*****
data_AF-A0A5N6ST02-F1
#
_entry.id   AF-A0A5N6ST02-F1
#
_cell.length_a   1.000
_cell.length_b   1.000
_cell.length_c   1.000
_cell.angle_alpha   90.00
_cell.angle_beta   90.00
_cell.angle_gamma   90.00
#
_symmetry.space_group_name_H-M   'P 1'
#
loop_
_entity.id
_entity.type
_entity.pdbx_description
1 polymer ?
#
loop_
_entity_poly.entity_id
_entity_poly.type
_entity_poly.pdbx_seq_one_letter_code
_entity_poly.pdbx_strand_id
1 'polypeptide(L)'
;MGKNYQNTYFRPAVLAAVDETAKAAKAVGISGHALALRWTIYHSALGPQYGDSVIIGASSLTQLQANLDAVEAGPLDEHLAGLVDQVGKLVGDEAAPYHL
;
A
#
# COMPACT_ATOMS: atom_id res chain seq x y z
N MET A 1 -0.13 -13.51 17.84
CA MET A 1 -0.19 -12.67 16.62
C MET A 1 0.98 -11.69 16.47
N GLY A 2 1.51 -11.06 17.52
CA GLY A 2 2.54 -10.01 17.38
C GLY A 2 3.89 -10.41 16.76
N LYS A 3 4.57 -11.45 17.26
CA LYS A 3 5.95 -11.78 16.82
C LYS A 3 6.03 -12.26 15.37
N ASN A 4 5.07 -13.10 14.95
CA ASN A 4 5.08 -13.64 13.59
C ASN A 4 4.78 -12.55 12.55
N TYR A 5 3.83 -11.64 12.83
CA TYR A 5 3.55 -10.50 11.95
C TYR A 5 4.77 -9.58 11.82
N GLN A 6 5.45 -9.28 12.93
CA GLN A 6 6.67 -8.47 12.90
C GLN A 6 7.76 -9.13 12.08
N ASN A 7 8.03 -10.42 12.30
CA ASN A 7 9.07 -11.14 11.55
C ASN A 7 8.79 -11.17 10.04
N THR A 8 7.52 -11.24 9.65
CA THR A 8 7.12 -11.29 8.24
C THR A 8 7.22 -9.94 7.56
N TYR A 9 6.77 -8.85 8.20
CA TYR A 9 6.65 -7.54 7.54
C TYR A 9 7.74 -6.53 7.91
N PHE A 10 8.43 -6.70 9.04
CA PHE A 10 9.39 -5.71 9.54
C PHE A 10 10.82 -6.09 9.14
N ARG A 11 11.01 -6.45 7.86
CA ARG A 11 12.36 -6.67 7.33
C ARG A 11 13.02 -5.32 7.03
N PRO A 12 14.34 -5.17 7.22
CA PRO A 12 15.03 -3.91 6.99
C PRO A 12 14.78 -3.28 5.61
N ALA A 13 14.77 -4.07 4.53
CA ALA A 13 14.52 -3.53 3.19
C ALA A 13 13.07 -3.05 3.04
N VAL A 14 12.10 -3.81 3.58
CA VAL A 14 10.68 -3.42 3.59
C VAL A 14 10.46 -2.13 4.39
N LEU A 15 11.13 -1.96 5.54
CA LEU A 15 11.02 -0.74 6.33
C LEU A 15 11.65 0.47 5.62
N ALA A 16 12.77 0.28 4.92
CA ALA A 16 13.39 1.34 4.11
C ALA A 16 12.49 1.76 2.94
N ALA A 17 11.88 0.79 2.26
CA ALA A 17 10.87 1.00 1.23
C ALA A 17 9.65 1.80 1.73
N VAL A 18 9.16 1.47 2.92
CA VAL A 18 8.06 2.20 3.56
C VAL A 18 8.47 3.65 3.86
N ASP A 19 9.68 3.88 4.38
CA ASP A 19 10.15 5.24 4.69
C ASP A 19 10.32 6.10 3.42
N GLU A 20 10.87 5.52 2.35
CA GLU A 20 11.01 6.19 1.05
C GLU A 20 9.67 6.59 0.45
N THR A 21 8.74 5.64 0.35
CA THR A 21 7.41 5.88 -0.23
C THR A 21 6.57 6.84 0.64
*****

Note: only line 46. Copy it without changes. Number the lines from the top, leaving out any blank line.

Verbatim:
N GLN A 6 5.45 -9.28 12.93